What MOOCs Have and Haven’t Done for Education
When I began writing about MOOCs a couple of years ago, much of the furor revolved around the imminent demise of classroom education. That hasn’t happened. For example, they are a valid, complementary offering at institutions of higher education like Pennsylvania State University. For businesses such as SAP, MOOCs are a fast, fun way to help people gain the skills they need on the latest technology innovations including digital transformation, internet of things, mobile and cloud. At the same time, MOOCs are undoubtedly instigating tons of innovations that are forever changing how learners learn and teachers teach.
Penn State launched its first MOOC in 2013. Since then, Kathryn Jablokow, an associate professor there, said they’ve caused everyone to rethink teaching in the traditional classroom format.
“Residential instruction isn’t going to go away. But now you have people thinking about the use of technology because you’re working at a new scope and scale and integrating truly globally across 190 countries. Those kinds of things are starting to trickle down and influence the way instructors teach all of their courses in all the different formats, and it’s been tremendously positive.”
Consider the concept of self-grading. Relatively rare in classroom settings where teachers rule, self-assessment is a practical alternative in sessions with thousands of students. But this isn’t the only reason the next openSAP MOOC includes peer and self-assessment modules. Participants who sign up for the Build Your Own SAP Fiori App in the Cloud course, which begins March 25, will be challenged to submit a prototype SAP Fiori app, and in doing so, enjoy a richer educational experience. The idea is that by grading peer submissions as well as their own work, students learn more – about not only SAP Fiori technology but also what it takes to create a quality app on the SAP HANA Cloud Platform. Three lucky contest winners will win MacBook Air computers. Instructors will also spotlight on the course’s home page additional submissions that participants grade exceptional.
Jablokow thinks peer assessments in MOOCs are valuable.
“Assuming you have a good rubric, it encourages people to be reflective practitioners, and to think about the quality of work,” she said. “When you think about the quality of other people’s work you think about your own. It also teaches you how to give feedback to other people in a constructive and not a destructive way.”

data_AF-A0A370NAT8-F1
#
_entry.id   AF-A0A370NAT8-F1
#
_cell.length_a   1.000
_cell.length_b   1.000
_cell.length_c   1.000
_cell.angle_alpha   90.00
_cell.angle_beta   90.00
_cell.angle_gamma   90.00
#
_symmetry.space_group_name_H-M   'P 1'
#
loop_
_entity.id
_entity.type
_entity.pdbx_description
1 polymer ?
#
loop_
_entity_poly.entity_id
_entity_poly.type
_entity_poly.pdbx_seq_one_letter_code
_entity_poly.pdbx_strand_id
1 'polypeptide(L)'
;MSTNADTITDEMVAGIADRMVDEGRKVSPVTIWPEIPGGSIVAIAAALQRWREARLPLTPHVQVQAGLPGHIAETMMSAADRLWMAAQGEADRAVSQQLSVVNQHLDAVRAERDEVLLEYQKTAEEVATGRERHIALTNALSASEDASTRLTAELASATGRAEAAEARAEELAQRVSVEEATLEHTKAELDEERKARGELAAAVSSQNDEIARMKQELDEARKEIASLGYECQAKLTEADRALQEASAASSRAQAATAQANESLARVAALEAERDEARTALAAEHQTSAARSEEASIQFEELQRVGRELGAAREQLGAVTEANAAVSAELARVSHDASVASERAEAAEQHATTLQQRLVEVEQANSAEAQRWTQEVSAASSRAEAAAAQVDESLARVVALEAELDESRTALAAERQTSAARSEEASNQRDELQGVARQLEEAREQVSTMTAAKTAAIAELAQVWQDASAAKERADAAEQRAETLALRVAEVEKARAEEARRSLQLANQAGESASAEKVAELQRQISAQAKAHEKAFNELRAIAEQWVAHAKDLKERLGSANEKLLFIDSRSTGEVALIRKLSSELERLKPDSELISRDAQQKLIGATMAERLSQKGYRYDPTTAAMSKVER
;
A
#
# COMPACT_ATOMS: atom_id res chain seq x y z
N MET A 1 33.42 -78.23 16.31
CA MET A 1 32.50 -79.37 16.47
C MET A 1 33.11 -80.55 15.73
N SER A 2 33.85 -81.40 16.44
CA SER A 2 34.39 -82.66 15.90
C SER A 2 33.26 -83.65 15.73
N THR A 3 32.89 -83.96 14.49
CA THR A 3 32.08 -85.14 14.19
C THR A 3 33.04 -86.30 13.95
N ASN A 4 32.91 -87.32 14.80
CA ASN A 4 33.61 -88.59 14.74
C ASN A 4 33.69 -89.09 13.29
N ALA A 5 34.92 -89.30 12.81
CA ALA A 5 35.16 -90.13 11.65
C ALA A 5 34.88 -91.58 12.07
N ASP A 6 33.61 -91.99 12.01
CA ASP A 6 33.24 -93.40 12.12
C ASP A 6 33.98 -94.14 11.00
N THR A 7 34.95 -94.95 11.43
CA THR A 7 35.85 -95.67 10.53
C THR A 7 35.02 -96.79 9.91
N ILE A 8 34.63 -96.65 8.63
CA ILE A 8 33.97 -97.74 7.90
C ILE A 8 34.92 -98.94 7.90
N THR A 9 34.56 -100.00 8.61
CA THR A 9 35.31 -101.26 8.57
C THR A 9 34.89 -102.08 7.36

All this is well and good, but how can instructors ensure the integrity of the grading experience? Before participants in SAP’s upcoming Fiori MOOC can conduct assessments on themselves or classmates, they’ll engage in a pre-evaluation training session. By practicing on submissions graded by experts, they’ll learn assessment standards to help ensure grading consistency and fairness. The peer assessment activities are a percentage of each participant’s total course grade, along with weekly assignments and the final test. Participants can also earn extra points if their self-assessment score aligns with how their peers graded them.
Another valid question is whathappens to the role of the instructor? Similar to all brilliant innovations, MOOCs empower instructors to focus on higher value pursuits such as the quality of the overall learning experience. “If I’m not worried about grading, I can spend that time looking at the trajectory of the students overall, what they’re saying about each other, if they’re going in the direction I was hoping they’d go, and maybe learning other things I didn’t anticipate,” said Jablokow.
MOOCs are now a bona fide educational option. They haven’t made classroom learning obsolete and probably never will. Yet they’re beginning to indelibly impact learning in ways no one could have anticipated.
Follow me @smgaler